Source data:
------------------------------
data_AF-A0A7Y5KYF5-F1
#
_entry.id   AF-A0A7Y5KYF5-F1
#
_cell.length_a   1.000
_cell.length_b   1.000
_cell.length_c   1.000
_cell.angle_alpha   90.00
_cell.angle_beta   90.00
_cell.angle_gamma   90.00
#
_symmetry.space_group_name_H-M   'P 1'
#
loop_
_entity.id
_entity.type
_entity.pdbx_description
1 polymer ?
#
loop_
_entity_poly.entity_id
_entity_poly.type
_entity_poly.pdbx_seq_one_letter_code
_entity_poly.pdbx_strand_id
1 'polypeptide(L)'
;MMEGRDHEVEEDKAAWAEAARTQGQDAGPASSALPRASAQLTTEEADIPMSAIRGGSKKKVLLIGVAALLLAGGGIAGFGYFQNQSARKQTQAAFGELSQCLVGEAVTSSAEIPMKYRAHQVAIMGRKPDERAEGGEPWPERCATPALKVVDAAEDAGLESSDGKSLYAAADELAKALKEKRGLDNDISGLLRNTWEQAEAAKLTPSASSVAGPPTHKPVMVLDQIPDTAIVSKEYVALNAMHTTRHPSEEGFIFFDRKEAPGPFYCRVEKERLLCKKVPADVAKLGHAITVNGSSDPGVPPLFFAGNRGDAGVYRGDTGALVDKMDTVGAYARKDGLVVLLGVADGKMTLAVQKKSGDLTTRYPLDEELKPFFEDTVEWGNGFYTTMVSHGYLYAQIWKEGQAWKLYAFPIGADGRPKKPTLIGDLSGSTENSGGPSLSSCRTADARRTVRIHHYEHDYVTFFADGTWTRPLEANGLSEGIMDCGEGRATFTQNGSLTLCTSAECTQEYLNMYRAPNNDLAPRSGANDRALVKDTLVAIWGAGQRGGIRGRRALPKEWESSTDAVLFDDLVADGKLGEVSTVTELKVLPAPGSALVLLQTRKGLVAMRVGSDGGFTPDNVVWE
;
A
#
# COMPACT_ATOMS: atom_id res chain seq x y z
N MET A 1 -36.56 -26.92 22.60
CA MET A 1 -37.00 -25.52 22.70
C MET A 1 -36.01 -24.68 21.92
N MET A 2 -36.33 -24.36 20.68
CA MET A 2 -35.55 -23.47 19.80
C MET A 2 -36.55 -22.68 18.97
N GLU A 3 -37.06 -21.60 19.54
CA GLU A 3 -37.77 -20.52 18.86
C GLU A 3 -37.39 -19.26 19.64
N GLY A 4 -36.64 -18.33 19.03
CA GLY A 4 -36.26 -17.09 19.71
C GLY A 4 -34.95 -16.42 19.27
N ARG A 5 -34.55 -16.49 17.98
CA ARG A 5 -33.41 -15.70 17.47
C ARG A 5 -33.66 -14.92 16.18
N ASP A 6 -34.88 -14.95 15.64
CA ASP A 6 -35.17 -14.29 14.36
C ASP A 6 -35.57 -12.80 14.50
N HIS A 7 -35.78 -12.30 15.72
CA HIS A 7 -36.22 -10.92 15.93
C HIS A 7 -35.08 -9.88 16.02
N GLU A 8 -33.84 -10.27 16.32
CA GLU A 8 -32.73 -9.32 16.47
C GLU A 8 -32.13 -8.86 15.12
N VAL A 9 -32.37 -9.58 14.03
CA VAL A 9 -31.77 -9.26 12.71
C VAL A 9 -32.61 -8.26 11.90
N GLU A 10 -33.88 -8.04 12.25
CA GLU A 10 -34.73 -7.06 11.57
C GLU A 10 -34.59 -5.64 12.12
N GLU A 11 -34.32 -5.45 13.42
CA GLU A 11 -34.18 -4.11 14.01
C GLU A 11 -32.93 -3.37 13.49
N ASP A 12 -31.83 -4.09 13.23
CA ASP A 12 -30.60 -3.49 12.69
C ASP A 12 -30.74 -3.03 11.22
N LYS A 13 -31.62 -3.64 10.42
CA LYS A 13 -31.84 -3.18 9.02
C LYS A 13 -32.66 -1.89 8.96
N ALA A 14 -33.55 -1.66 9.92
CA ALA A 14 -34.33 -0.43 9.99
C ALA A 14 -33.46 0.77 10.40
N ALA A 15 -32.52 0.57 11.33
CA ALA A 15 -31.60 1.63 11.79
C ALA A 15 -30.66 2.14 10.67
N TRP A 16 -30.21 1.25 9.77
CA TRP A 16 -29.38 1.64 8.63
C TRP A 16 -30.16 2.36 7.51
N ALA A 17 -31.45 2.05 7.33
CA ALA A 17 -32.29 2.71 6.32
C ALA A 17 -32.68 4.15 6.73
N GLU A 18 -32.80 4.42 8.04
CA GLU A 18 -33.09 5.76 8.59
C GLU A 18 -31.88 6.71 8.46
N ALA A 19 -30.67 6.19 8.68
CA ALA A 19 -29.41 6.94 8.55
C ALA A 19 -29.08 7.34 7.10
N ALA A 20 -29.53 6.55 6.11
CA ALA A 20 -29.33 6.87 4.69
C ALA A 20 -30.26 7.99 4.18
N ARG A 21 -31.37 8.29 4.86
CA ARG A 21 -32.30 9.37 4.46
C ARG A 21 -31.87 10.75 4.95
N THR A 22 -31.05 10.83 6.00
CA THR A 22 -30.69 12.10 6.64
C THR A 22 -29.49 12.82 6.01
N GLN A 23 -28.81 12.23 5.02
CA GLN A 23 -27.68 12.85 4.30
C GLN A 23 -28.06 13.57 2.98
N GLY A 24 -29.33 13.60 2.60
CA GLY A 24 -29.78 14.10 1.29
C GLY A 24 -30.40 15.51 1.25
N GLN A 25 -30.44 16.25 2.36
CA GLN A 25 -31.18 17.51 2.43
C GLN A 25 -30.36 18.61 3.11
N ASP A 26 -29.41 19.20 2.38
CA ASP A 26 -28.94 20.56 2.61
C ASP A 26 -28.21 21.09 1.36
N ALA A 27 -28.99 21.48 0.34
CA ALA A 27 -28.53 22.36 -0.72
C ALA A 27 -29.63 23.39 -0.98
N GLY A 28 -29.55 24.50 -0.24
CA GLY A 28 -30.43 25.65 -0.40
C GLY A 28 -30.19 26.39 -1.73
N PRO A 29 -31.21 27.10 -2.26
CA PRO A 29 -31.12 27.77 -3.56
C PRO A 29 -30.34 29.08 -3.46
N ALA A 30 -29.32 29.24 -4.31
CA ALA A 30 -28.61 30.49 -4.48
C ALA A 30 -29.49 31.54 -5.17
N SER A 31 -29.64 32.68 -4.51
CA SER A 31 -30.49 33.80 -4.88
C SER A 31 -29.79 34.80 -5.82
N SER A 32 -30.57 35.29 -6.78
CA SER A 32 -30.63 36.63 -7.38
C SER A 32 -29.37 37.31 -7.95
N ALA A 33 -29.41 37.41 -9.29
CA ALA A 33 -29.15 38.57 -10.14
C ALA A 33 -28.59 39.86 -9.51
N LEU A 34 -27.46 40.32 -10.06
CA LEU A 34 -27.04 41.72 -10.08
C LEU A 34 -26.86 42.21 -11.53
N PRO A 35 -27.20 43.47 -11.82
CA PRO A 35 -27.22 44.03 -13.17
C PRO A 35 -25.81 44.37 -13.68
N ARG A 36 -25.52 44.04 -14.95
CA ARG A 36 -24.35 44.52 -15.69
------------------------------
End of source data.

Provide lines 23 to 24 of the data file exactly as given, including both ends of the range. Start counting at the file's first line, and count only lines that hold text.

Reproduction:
_entity_poly.pdbx_seq_one_letter_code
_entity_poly.pdbx_strand_id